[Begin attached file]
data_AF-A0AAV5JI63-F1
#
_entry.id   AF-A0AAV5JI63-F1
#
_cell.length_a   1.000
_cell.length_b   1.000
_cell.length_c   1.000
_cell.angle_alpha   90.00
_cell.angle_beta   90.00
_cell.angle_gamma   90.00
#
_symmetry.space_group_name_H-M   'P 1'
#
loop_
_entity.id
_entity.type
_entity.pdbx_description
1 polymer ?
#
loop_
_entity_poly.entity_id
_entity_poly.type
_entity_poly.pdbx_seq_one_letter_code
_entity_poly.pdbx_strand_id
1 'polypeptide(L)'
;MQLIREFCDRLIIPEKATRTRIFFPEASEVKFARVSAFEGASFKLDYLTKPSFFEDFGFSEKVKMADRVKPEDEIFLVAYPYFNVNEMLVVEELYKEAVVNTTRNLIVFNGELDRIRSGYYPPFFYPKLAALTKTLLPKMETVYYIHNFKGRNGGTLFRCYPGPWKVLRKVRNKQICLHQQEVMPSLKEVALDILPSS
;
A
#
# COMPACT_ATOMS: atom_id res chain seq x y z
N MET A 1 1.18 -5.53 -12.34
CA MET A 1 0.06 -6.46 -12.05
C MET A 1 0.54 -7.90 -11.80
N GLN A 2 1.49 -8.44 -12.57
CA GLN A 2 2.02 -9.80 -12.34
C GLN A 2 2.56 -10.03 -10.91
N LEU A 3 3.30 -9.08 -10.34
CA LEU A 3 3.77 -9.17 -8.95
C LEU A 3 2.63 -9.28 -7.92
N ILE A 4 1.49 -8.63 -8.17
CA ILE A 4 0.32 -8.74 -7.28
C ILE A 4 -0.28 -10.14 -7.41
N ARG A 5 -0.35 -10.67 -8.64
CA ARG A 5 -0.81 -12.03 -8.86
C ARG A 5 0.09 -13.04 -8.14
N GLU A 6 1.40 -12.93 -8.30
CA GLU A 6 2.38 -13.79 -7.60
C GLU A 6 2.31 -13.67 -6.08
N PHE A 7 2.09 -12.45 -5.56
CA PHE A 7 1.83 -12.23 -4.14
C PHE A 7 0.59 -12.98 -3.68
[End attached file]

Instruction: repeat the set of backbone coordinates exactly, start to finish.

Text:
data_AF-A0AAV5JI63-F1
#
_entry.id   AF-A0AAV5JI63-F1
#
_cell.length_a   1.000
_cell.length_b   1.000
_cell.length_c   1.000
_cell.angle_alpha   90.00
_cell.angle_beta   90.00
_cell.angle_gamma   90.00
#
_symmetry.space_group_name_H-M   'P 1'
#
loop_
_entity.id
_entity.type
_entity.pdbx_description
1 polymer ?
#
loop_
_entity_poly.entity_id
_entity_poly.type
_entity_poly.pdbx_seq_one_letter_code
_entity_poly.pdbx_strand_id
1 'polypeptide(L)'
;MQLIREFCDRLIIPEKATRTRIFFPEASEVKFARVSAFEGASFKLDYLTKPSFFEDFGFSEKVKMADRVKPEDEIFLVAYPYFNVNEMLVVEELYKEAVVNTTRNLIVFNGELDRIRSGYYPPFFYPKLAALTKTLLPKMETVYYIHNFKGRNGGTLFRCYPGPWKVLRKVRNKQICLHQQEVMPSLKEVALDILPSS
;
A
#
# COMPACT_ATOMS: atom_id res chain seq x y z
N MET A 1 1.18 -5.53 -12.34
CA MET A 1 0.06 -6.46 -12.05
C MET A 1 0.54 -7.90 -11.80
N GLN A 2 1.49 -8.44 -12.57
CA GLN A 2 2.02 -9.80 -12.34
C GLN A 2 2.56 -10.03 -10.91
N LEU A 3 3.30 -9.08 -10.34
CA LEU A 3 3.77 -9.17 -8.95
C LEU A 3 2.63 -9.28 -7.92
N ILE A 4 1.49 -8.63 -8.17
CA ILE A 4 0.32 -8.74 -7.28
C ILE A 4 -0.28 -10.14 -7.41
N ARG A 5 -0.35 -10.67 -8.64
CA ARG A 5 -0.81 -12.03 -8.86
C ARG A 5 0.09 -13.04 -8.14
N GLU A 6 1.40 -12.93 -8.30
CA GLU A 6 2.38 -13.79 -7.60
C GLU A 6 2.31 -13.67 -6.08
N PHE A 7 2.09 -12.45 -5.56
CA PHE A 7 1.83 -12.23 -4.14
C PHE A 7 0.59 -12.98 -3.68